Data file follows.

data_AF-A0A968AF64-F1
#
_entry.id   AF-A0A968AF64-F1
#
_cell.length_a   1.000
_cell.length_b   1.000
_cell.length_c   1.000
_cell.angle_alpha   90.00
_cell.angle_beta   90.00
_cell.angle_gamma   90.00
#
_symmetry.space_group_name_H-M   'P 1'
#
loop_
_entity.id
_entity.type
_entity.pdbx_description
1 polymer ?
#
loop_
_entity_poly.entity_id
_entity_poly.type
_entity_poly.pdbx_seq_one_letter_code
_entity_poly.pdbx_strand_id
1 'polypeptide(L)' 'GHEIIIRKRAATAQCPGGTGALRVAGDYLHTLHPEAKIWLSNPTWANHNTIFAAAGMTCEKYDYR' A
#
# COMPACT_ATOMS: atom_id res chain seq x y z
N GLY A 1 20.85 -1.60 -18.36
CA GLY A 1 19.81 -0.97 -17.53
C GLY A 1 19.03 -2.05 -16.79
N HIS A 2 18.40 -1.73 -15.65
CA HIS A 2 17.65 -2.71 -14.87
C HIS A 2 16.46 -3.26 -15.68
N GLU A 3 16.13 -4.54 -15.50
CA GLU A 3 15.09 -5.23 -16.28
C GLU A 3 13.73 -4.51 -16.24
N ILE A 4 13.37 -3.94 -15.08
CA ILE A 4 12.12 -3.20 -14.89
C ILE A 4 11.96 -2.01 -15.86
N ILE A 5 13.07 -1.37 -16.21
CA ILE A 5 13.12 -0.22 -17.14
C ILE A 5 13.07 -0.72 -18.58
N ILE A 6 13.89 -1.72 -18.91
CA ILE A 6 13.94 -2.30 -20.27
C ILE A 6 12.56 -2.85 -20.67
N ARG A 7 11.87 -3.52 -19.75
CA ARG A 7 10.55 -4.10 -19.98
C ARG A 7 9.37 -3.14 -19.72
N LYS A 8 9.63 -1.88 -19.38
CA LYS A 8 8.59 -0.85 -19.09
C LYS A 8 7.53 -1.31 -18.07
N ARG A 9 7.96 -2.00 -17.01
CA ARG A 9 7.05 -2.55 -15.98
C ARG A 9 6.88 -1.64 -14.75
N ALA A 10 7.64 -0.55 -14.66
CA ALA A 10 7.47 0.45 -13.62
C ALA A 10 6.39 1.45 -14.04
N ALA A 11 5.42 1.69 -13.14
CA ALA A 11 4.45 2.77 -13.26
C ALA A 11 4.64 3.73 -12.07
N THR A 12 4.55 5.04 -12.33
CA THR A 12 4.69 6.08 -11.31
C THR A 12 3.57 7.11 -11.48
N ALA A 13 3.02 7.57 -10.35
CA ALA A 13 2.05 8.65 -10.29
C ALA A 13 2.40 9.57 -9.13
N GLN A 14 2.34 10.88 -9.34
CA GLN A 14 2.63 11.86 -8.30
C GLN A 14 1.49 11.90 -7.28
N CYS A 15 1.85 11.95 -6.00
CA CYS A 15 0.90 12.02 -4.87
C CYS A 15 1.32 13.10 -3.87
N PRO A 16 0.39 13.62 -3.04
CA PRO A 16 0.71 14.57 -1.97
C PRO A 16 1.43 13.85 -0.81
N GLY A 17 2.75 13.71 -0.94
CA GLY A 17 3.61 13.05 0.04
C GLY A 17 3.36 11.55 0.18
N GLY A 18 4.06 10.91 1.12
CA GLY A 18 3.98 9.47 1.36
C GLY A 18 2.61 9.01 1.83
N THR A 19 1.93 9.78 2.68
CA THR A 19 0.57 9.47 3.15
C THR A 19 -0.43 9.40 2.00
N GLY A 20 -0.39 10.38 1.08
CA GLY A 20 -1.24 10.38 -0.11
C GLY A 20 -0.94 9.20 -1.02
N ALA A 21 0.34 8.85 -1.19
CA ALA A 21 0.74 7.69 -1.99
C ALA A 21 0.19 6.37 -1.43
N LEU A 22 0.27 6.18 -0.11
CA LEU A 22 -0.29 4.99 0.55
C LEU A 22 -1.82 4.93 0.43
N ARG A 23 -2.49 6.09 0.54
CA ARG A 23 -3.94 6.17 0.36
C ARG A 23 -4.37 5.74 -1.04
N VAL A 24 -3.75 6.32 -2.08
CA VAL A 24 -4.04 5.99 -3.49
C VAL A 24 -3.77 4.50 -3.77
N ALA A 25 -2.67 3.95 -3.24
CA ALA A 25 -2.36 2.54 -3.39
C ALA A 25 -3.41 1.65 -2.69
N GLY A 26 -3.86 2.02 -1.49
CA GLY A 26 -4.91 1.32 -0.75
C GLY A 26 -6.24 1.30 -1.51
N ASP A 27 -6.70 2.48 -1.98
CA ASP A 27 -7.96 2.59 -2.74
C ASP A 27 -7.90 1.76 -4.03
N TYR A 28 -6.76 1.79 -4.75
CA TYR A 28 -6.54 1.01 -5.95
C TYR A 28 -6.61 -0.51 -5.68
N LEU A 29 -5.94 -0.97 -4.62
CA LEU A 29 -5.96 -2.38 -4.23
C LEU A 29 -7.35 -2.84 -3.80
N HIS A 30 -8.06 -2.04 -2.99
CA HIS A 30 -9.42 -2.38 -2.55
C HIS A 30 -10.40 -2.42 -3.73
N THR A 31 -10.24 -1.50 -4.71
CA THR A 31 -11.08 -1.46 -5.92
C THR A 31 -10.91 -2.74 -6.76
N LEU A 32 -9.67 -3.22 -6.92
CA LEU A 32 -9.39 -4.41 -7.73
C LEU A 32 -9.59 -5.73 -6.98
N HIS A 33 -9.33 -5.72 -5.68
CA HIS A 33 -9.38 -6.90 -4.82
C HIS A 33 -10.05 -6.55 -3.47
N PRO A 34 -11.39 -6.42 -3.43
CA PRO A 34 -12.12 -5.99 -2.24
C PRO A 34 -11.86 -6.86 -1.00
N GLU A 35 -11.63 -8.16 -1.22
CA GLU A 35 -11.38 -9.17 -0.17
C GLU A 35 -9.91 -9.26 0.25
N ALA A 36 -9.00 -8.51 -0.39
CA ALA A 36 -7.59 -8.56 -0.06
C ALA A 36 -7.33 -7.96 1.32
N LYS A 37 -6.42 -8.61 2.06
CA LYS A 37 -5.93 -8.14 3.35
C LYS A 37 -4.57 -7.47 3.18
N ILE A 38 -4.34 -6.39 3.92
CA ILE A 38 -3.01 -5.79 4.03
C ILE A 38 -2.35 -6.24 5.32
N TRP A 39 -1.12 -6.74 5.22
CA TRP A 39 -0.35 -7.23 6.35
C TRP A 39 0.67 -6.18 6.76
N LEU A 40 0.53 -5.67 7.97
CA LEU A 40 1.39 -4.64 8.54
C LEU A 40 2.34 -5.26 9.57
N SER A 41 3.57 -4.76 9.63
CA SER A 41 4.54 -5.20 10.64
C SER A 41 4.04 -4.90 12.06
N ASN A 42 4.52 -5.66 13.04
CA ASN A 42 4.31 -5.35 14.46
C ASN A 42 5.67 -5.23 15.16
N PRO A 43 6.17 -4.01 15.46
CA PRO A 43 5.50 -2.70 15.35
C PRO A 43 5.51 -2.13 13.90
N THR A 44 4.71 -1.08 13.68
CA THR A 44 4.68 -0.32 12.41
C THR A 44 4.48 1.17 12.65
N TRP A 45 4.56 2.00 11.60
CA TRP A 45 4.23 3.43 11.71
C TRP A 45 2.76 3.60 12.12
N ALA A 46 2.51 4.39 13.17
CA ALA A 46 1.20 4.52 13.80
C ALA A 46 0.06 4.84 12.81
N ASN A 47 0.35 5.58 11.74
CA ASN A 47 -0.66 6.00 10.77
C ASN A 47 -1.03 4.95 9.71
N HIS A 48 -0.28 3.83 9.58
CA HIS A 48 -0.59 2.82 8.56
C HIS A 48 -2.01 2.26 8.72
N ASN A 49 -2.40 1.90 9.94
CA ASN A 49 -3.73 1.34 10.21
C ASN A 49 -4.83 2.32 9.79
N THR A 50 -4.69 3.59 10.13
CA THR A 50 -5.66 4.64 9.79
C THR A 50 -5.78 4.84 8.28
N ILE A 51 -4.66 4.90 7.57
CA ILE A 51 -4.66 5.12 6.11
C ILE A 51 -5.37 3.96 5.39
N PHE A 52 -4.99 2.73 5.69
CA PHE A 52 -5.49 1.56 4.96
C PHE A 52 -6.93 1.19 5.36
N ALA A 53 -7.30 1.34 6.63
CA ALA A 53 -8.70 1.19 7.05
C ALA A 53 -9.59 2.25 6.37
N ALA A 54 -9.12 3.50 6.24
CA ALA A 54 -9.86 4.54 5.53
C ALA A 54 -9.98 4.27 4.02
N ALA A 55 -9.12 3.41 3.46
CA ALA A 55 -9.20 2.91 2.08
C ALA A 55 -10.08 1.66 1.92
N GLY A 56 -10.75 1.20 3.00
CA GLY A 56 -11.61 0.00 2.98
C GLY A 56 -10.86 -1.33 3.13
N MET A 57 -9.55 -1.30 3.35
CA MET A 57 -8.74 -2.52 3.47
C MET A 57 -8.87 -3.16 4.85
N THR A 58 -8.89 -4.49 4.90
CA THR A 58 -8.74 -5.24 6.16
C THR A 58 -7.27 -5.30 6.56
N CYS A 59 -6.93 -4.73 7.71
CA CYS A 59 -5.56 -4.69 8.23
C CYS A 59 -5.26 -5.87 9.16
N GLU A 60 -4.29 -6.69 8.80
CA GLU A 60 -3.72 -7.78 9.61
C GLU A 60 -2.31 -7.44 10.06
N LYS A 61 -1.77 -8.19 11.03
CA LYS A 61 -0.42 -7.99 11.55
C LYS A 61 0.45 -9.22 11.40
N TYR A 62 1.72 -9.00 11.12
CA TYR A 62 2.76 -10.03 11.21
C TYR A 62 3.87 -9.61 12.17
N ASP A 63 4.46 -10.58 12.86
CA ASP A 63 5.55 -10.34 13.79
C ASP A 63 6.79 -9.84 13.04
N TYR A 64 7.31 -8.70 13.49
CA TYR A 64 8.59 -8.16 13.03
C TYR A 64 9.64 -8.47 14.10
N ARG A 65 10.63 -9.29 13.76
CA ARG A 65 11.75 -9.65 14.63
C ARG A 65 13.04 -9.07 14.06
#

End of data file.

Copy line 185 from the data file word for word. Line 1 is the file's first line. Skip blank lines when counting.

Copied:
CA ALA A 53 -8.70 1.19 7.05